Puslapio vaizdai

P. 444.-258.-588.

If thou wert sensible of courtesy,

I should not make so dear a show of zeal :-
But let my favours hide thy mangled face.

Dr. Johnson's is the right explanation.

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Tra. With that he gave his able horse the head,
And, bending forward, struck his armed heels
Against the panting sides of his poor jade
Up to the rowel-head.

"The rowel, every reader of a single book of "Heraldry knows, was always a minute wheel "radiated like a star. Up to the rowel-head im"plies, up to the head of one of the spikes with "which the rowel was radiated." HERON.

P. 472.-283.-14.

North. Yet, for all this, say not that Percy's dead.
I see a strange confession in thine eye:

Thou shak'st thy head; and hold'st it fear, or sin,
To speak a truth. If he be slain, say so:

The tongue offends not, that reports his death:
And he doth sin, that doth belie the dead;
Not he, which says the dead is not alive.
Yet the first bringer of unwelcome news
Hath but a losing office; and his tongue
Sounds ever after as a sullen bell,

Remember'd knolling a departing friend.

I cannot think the distribution proposed by Dr. Johnson right; it does not seem to me so commodious as the present.

P. 475.-285.-18.

And as the wretch, whose fever-weaken'd joints,
Like strengthless hinges, buckle under life,
Impatient of his fit, breaks like a fire

Out of his keeper's arms; even so my limbs,
Weaken'd with grief, being now enrag'd with grief,
Are thrice themselves.

I agree with Mr. Steevens. So Falstaff in the last act of the preceding play; "or take away "the grief of the wound." So too Benedick, complaining of the tooth-ach; "Every man can master a grief, but he that hath it."


P. 476.-286.-19.

Now bind my brows with iron; and approach
The ragged'st hour that time and spite dare bring,
To frown upon the enrag'd Northumberland.

I believe ragged here is much the same as rugged. The crest of the Earl of Warwick was the bear and ragged staff, and "the tops of the "ragged rocks" are mentioned in Isaiah, c. 2,

v. 21.

P. 478.-287.-20.

Tra. This strained passion doth you wrong, my lord.

I incline to give this line to Travers, with Mr. Steevens.

P. 485.-294.-30.

Fal. You hunt-counter, hence, avaunt!

By hunt-counter (as Mr. Davies rightly observes)" Falstaff alludes to the business of tipstaff."


P. 490.-298.-36.

Ch. Just. Is not your voice broken? your wind short?
your chin double? your wit single? and every part
about you blasted with antiquity?

Dr. Johnson misconceived this; Steevens, Malone, and M. Mason are right.

P. 495.-302.-42.

Hast. But by your leave, it never yet did hurt,
To lay down likelihoods, and forms of hope.
Bard. Yes, in this present quality of war;
Indeed the instant action, (a cause on foot,)
Lives so in hope, as in an early spring

We see the appearing buds; which, to prove fruit,
Hope gives not so much warrant, as despair,

That frosts will bite them.

I think this passage is corrupt; I incline to prefer Dr. Johnson's emendation.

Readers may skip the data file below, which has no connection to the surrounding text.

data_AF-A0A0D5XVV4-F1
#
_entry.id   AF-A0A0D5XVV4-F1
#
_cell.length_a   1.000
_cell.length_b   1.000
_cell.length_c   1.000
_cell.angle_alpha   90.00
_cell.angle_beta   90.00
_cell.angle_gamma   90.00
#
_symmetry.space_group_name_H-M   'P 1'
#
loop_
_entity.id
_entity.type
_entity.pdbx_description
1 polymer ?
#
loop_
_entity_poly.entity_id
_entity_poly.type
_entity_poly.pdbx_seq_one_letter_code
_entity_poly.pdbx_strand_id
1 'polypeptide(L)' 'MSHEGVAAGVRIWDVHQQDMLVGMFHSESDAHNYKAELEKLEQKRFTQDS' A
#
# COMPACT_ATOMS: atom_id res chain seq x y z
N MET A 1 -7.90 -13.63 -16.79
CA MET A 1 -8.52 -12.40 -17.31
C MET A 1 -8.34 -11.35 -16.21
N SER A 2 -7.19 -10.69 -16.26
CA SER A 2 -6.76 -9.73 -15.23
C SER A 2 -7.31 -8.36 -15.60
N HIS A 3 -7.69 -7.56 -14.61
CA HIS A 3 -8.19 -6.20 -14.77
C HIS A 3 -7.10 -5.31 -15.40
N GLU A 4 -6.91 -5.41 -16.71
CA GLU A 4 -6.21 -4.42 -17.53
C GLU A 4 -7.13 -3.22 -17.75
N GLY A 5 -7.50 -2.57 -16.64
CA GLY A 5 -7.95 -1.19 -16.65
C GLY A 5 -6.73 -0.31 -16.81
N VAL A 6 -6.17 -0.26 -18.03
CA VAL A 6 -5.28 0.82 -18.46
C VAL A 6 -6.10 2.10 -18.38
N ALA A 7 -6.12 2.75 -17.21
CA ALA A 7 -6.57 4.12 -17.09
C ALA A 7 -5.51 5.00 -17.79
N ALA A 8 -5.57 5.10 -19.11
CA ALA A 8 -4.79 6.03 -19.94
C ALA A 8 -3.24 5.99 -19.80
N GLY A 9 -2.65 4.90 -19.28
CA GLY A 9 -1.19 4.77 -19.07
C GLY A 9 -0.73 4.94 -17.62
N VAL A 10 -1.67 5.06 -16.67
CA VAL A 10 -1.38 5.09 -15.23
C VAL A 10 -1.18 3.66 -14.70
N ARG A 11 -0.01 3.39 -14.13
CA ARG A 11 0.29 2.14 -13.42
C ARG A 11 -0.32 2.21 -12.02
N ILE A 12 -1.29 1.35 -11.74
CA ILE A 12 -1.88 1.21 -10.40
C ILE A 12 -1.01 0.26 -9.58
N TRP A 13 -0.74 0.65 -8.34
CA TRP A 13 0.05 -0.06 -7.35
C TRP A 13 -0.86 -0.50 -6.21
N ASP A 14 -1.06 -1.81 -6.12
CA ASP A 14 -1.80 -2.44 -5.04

P. 497.-305.-46.

Arch. And being now trimm'd in thine own desires,
Thou, beastly feeder, art so full of him,

That thou provok'st thyself to cast him up.

Mr. Malone's notion that desires is here used as a trisyllable, is a proof that a man may persuade himself of any thing (however ridiculous) which he fancies may tend to support a favourite hypothesis.


P. 502.-308.-52.

he hath put all my substance into
but I will have some of it out
o'nights, like the mare.

that fat belly of his
again, or I'll ride thee
Fal. I think, I am as
any vantage of ground to get up.

like to ride the mare, if I have

I think Malone is right.

P. 512.—317.-65.

Poins. The answer is as ready as a borrower's cap. I think Warburton's correction is right.

P. 516.-320.-70.

Lady P. O, yet, for God's sake, go not to these wars!
The time was, father, that you broke your word,
When you were more endear'd to it than now ;
When your own Percy, when my heart's dear Harry,
Threw many a northward look, to see his father
Bring up his powers; but he did long in vain.

I wish to read look with Theobald.

P. 521.-325.-77.

Fal. How now, mistress Doll?

Host. Sick of a calm yea, good sooth.

Fal. So is all her sect; an they be once in a calm,
they are sick.

I think with Steevens that sect is right.

P. 539.-339.-98.

Doll. Why does the prince love him so then? Fal. Because their legs are both of a bigness; and he plays at quoits well; and eats conger and fennel: and drinks off candles' ends for flapdragon; and rides the wild mare with the boys; and jumps upon joint-stools. Malone is certainly wrong.

P. 541.-341.-101.

Poins. And, look, whether the fiery Trigon, his man,
be not lisping to his master's old tables; his note-book,
his counsel-keeper.

Malone is right.

P. 546.-346.-111.

K. Hen. ( thou dull god, why liest thou with the vile,
In loathsome bed; and leav'st the kingly couch,

A watch-case, or a common 'larum bell?

I incline to think that Holt White is right.

P. 547.-347.-111.

Wilt thou upon the high and giddy mast
Seal up the ship boy's eyes, and rock his brains
In cradle of the rude imperious surge;

And in the visitation of the winds,

Who take the ruffian billows by the top,

Curling their monstrous heads, and hanging them
With deaf'ning clamours in the slippery clouds,
That, with the hurly, death itself awakes.


I prefer shrouds to clouds. "idea of a tempest hanging the waves in the "shrouds, (says Heron) was certainly strong

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